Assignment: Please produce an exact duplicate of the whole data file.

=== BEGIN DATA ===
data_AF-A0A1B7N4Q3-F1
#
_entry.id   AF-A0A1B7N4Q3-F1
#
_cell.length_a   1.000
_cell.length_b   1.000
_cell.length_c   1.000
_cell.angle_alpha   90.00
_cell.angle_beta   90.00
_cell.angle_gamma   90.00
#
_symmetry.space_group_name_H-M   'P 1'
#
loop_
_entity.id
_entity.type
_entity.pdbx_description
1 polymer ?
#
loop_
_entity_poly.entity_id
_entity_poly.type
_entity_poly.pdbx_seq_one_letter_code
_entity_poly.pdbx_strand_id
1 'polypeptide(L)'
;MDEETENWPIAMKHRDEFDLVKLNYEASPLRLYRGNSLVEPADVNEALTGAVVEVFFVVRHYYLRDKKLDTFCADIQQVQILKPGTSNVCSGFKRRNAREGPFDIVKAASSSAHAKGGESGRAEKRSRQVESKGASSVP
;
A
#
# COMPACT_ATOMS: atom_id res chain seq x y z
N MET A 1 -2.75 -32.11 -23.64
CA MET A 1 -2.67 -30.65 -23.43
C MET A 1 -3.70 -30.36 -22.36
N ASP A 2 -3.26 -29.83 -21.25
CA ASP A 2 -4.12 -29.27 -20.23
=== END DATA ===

data_AF-A0A1B7N4Q3-F1
#
_entry.id   AF-A0A1B7N4Q3-F1
#
_cell.length_a   1.000
_cell.length_b   1.000
_cell.length_c   1.000
_cell.angle_alpha   90.00
_cell.angle_beta   90.00
_cell.angle_gamma   90.00
#
_symmetry.space_group_name_H-M   'P 1'
#
loop_
_entity.id
_entity.type
_entity.pdbx_description
1 polymer ?
#
loop_
_entity_poly.entity_id
_entity_poly.type
_entity_poly.pdbx_seq_one_letter_code
_entity_poly.pdbx_strand_id
1 'polypeptide(L)'
;MDEETENWPIAMKHRDEFDLVKLNYEASPLRLYRGNSLVEPADVNEALTGAVVEVFFVVRHYYLRDKKLDTFCADIQQVQILKPGTSNVCSGFKRRNAREGPFDIVKAASSSAHAKGGESGRAEKRSRQVESKGASSVP
;
A
#
# COMPACT_ATOMS: atom_id res chain seq x y z
N MET A 1 -2.75 -32.11 -23.64
CA MET A 1 -2.67 -30.65 -23.43
C MET A 1 -3.70 -30.36 -22.36
N ASP A 2 -3.26 -29.83 -21.25
CA ASP A 2 -4.12 -29.27 -20.23